Sunday, February 16, 2014

Stuck In DC - A Reminder Of Our Values

After a week studying at the Brickner Seminar for Rabbinic Fellows about some of the differences between Jewish and American values, some of those differences ended up being driven home to me.

Having lived in Anchorage and Buffalo I am not used to airport closings due to snow. But here in our nation's capitol that is a different story. My Thursday flight home was canceled and I was rescheduled to leave on Sunday. Afterall, this is a city where the taxis automatically add $15.00 to your fare if they merely perceive a single flake of snow in the air.

While trying to go standby on earlier flights it was easy to see how the very American values of immediate gratification and impatience played out among the seemingly endless line of passengers who needed to reschedule their flights home. In our Musar class, we have been studying the Jewish value of patience. I pulled out my iPad and reread that chapter several times this weekend and was tempted to read it outload while standing in line.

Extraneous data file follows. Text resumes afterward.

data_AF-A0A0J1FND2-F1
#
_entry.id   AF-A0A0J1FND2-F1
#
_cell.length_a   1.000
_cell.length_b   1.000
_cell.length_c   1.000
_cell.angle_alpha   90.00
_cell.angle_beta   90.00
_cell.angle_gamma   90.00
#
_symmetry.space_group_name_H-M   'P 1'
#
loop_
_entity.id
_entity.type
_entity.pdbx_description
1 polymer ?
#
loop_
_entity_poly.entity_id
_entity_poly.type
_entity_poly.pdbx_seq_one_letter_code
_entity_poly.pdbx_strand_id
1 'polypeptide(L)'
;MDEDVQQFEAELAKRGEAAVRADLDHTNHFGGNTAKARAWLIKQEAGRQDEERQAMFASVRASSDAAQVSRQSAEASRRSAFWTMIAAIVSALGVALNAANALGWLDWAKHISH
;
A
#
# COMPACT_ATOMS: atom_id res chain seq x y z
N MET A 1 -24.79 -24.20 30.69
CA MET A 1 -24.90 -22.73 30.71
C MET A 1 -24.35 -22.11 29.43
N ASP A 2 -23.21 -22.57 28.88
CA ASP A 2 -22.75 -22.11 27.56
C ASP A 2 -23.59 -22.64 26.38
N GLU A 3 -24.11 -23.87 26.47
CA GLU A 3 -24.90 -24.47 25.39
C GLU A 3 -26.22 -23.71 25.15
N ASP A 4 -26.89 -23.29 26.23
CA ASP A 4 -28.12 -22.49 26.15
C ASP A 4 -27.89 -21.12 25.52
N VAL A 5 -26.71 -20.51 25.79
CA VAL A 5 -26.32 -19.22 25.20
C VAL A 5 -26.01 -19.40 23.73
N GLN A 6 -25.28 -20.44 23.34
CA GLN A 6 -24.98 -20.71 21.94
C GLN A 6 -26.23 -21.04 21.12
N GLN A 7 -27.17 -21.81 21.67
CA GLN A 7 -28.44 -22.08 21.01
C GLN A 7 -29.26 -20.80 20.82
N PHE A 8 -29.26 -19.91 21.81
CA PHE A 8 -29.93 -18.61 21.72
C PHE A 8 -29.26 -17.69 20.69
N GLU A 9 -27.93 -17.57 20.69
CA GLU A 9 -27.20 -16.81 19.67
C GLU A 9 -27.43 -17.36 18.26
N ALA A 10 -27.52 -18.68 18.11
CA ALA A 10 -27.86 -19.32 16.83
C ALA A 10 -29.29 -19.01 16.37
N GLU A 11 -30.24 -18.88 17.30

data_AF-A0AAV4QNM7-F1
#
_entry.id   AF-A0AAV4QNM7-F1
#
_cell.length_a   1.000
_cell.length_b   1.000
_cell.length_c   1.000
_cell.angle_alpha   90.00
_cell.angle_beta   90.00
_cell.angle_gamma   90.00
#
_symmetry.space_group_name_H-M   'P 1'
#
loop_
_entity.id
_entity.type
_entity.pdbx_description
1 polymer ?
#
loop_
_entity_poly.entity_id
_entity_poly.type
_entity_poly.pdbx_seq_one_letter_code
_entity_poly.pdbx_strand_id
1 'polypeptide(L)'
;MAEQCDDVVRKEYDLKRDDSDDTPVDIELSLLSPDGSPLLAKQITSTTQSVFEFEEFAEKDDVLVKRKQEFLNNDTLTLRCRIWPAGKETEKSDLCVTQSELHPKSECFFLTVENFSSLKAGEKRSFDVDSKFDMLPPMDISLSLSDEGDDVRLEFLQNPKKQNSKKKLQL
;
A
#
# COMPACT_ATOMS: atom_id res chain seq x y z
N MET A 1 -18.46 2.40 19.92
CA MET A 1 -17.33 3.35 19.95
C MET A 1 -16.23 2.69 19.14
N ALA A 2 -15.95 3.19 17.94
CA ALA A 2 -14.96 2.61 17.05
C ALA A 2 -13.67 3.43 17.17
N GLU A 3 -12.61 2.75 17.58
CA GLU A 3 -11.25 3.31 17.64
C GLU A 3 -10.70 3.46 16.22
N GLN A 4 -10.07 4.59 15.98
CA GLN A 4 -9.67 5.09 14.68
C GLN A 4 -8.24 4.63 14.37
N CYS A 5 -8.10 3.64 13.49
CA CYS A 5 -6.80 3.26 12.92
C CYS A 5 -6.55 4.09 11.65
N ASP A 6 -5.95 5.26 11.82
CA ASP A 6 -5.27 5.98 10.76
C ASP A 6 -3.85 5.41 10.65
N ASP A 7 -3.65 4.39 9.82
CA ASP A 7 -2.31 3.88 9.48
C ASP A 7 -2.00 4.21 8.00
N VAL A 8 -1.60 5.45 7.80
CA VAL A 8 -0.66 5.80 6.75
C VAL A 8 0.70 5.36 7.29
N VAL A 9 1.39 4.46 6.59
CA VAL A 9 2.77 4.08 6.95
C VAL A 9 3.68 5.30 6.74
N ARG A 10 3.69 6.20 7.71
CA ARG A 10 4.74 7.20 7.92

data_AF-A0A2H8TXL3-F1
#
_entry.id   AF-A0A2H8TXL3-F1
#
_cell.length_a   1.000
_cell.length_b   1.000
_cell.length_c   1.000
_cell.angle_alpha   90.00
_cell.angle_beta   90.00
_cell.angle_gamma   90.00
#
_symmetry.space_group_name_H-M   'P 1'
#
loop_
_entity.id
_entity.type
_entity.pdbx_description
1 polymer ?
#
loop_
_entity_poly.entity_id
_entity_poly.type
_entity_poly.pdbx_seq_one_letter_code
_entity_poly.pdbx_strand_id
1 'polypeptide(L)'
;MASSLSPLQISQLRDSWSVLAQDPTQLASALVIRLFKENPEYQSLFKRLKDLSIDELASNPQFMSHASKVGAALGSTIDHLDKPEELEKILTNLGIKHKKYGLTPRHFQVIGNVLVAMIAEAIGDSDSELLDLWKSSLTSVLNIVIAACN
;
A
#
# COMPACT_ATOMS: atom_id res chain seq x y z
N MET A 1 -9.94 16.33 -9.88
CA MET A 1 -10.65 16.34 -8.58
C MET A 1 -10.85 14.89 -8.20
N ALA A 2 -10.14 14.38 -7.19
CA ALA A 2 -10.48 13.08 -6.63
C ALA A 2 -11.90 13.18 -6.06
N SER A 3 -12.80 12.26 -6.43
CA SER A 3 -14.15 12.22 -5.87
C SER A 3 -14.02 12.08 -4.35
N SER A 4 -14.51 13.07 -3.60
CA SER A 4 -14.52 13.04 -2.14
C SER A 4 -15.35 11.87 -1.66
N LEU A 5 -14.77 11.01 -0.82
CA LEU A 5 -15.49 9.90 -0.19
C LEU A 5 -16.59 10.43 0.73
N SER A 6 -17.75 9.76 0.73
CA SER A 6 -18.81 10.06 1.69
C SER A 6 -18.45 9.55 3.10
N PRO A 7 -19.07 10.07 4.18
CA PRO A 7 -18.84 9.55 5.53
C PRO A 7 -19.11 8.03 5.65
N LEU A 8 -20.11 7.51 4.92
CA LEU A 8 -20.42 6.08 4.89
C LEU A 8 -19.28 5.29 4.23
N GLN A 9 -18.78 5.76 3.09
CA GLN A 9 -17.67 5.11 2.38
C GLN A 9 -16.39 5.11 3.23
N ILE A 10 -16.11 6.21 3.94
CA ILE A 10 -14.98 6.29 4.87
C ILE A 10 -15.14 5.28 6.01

In contrast, there are some values that Judaism and America share.

Looking for an appropriate Shabbat activity I decided to go to my favorite place in DC, the National Archives. Not thinking about it being President's Day weekend, I was pleasantly surprised to find out that the Emancipation Proclamation was on display for the weekend to commemorate the 150th anniversary of President Lincoln's issuing it. Only 2 of the 5 pages have been fully restored but to see those pages with President Lincoln's signature was a special moment.

The Proclamation was displayed in a room dedicated to the theme of expanding freedom and liberty. The first document is one of four surviving original copies of the Magna Carta from 1297. The exhibit then moves to our founding documents, the fight for an end to slavery, equal rights for women, workers and those of all races and creeds. Everyone of those documents promotes the expansion of freedom and liberty to more and more people showing how that has played out in our continuing American drama. As I walked that room and then the rotunda with the Declaration of Independance, the Constitution and the Bill of Rights the words of the Prophet Amos continuously echoed through my mind: "Let justice roll down as waters and righteousness as a mighty stream." 

A question also looped through my thoughts: "Why are there so many in America looking to contract the freedom of others? The right to vote? The right to control our own bodies? The right to privacy.?